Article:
9. by   Jen1228
    If the patient is unable to void, I would think a Foley or I&O cath would be needed. As far as being too soon to put in a cath, it really depends on the patient. If they are incontinent, it could lead to skin breakdown or if the surgical wound is in close proximity, it could be exposed to the urine. I think early bladder training helps reduce incontinence following cath removal. But if the patient is regularly incontinent, I don't know. That is a good question.
    I have found that some ambulatory patients with a Foley cath have trouble with constipation. They say "it just doesn't feel right to have a BM without peeing." I think in those cases, it's best to bladder retrain and remove the cath ASAP.
  10. by   neutrophil
    I found this question on the web and see it is three years old. I think it's a great question. A physician recently ordered to bladder train then DC, when I brought this up to the dsd he said that you have to DC then bladder train. Different from the order.
  11. by   joanna73
    I am learning about this here. I have worked 0R and 3 med units. We did not do this, but it seems like a good idea for some patients.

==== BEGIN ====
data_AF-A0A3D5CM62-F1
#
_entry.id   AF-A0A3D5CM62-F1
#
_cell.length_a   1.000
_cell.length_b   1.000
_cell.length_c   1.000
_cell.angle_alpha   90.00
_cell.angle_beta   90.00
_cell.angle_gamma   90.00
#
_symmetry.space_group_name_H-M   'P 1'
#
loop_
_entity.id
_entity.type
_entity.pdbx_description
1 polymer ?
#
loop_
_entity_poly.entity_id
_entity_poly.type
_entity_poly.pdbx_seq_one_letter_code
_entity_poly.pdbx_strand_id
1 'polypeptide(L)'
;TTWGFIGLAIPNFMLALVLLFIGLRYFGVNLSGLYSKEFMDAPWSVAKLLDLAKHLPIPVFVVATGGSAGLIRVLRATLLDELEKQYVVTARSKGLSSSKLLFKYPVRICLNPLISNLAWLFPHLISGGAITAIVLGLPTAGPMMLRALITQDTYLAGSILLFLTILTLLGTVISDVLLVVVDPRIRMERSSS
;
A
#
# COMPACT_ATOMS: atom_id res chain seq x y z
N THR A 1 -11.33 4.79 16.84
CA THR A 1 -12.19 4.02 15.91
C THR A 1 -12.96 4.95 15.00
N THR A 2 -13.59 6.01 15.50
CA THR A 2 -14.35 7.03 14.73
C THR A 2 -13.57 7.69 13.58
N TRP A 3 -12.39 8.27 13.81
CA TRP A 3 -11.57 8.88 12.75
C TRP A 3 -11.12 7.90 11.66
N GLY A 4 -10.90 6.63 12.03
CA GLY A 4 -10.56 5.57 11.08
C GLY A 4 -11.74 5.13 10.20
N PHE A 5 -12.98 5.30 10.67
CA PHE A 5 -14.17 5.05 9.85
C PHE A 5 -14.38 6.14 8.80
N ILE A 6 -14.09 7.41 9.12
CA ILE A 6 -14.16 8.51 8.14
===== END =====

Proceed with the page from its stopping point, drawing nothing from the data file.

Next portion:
12. by   neutrophil
    I think one difference in theories is one is addressing the sphincster and the other is addressing the smooth muscle and reflex. I think both are adequate because they address both voluntary and involuntary muscles.
  13. by   RedhairedNurse
    I'll get an order for bladder training if I have a patient that had a foley for a long time. When I say a long time, I'm generally speaking >2 weeks. I would certainly want this done for me if I were in this situation, and I provide this as a courtesy because it's no fun having to being straight cath'd due to inability to void. Clamping off the foley (bladder training) allows the detrusor muscle of the bladder regain muscle tone.
    Last edit by RedhairedNurse on Dec 17, '10
  14. by   CharmedJ7
    I guess this thread is a bit old, but I had my first exposure to this today. A doc ordered a foley clamping trial for a young POD #1 pt and I was pretty surprised, mostly b/c frankly I'd never even heard of clamping trials for a foley. Apparently he said it was because there had been some sort of incident the night before where the bladder got overdistended to 1000cc or some such, and consequently he wanted to retrain the bladder. It seems more or less reasonable, but then, this is the first time I've ever seen it and I have never had patients become newly incontinent of urine post-foley removal. I found this interesting article on the topic:
    Their conclusion is that there isn't at least a routine indication for clamping trials. I was just surprised how little I found on the subject when looking it up, is it more common in certain areas? We rarely/never see it on my floor (surg onc).